Portfolio

Sunday share tips: Ibstock, Forterra, Asda, Tesco, Sainsbury

By Alexander Bueso

Date: Sunday 10 Jul 2016

Sunday share tips: Ibstock, Forterra, Asda, Tesco, Sainsbury

(ShareCast News) - Don´t try to catch a falling brick was the view of The Sunday Times´s Danny Fortson regarding shares in Ibstock and Forterra.
Stock in both brick-markers had tanked by almost 40% since the Brexit vote and in the case of the latter analysts at Deutsche Bank believed they had been 'oversold', he pointed out.

Indeed, the broker upped its target price on Ibstock because the fifth part of its sales which were derived from the States would be worth more now that the pound had weakened.

Furthermore, during the last downturn, in 2008, when the housing industry nearly collapsed, Ibstock didn´t lose money and the sector now had the support of various government schemes with firms´ finances also on a much firmer footing.

Between them those two companies accounted for the lion´s share of the UK´s production of bricks, Fortson said.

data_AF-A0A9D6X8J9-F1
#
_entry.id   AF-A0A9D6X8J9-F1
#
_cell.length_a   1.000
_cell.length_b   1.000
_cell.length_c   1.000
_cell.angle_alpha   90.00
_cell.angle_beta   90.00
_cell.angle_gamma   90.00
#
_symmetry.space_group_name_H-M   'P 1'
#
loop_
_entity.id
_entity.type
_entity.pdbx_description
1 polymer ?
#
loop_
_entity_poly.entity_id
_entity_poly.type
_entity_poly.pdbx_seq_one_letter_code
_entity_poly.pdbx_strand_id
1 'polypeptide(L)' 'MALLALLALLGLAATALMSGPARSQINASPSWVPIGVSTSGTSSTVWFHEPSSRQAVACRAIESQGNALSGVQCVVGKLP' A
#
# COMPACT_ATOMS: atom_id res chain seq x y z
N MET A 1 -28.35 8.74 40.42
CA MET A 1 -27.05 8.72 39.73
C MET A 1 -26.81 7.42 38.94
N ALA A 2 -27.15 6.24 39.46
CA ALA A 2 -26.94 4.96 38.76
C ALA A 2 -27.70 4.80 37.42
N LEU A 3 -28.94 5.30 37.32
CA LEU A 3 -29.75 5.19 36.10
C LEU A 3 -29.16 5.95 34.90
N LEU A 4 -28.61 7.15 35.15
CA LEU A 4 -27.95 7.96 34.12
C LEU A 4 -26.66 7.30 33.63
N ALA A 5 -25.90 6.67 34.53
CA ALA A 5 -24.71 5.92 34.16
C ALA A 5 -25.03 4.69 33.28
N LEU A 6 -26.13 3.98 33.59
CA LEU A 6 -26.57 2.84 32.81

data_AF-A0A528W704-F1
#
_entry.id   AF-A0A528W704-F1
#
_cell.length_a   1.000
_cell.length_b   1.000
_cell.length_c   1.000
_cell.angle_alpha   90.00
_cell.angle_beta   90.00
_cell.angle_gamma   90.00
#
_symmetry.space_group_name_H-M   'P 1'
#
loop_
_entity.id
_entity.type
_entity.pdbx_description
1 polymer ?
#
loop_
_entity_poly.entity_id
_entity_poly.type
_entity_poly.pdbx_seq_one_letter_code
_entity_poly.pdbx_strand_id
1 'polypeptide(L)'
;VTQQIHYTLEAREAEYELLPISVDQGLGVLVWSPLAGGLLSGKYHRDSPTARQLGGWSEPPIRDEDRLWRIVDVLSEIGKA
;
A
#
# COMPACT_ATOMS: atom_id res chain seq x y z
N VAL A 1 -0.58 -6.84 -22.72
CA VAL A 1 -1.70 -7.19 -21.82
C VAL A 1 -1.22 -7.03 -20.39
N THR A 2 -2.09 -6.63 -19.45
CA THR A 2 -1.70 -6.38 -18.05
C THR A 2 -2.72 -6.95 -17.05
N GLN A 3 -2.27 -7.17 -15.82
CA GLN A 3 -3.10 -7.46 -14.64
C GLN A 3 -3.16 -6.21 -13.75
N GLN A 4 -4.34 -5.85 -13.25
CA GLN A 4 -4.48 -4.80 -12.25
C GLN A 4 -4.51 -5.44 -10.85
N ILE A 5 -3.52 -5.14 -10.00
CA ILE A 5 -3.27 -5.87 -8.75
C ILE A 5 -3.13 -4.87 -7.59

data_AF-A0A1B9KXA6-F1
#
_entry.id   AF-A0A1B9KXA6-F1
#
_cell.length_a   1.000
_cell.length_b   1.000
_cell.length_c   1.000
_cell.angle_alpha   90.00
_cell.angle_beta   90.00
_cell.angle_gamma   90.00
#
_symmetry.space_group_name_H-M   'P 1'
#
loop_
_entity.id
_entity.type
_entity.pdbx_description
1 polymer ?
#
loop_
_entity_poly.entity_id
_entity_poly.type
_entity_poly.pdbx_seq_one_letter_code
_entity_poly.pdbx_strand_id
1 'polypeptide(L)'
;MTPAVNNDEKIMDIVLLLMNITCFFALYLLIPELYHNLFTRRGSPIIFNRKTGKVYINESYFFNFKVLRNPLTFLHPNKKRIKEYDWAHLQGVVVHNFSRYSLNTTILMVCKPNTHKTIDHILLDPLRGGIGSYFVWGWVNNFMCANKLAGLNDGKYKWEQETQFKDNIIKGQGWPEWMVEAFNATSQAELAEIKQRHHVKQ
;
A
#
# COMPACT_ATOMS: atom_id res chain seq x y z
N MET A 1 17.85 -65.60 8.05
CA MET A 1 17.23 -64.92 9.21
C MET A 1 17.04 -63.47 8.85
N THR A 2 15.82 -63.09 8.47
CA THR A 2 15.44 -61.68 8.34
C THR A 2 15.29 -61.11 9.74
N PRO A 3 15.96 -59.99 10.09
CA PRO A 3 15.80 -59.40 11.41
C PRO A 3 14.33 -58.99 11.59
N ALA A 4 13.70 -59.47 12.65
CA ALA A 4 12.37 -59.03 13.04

Nonetheless, as housebuilder Persimmon said last week, it was "still too early" to judge whether a severe housing slowdown would take hold.

Should that happen, then the pain for the two brick-makers had likely just begun,the tipster said.

Hence, perhaps, the decision by Forterra to mothball two plants.

On the flip-side, changing hands on 5.3 times´ next year´s earnings both shares were the cheapest in the sector.

"But I can't shake the feeling that the housing market is in for a harder landing than the experts expect. Catching a falling knife is dangerous. But so is a falling brick," Fortson concluded.

"Sell."


Asda owner Walmart recently signaled that the uneasy truce among UK food retailers might be about to end, so those holding shares in its rivals should be wary, the Financial Times´s Lex column said.

Faced with the prospect of sales erosion and hence lower margins, analysts at HSBC and elsewhere believe Asda decided to get ahead of the situation and join in the price war.

Competition from discounters Aldi and Lidl had driven Asda´s market share from 18% in 2012 to 16%.

Under a full-blown price war scenario, HSBC estimated Asda might be willing to lower its margins from 5% to 2%, which would tip Tesco and Sainsbury into losses, Lex said.

To take note of too, capital from its US parent would now also go further, following the depreciation in sterling, Lex pointed out.

"Conditions for a summer offensive are favourable," Lex said.

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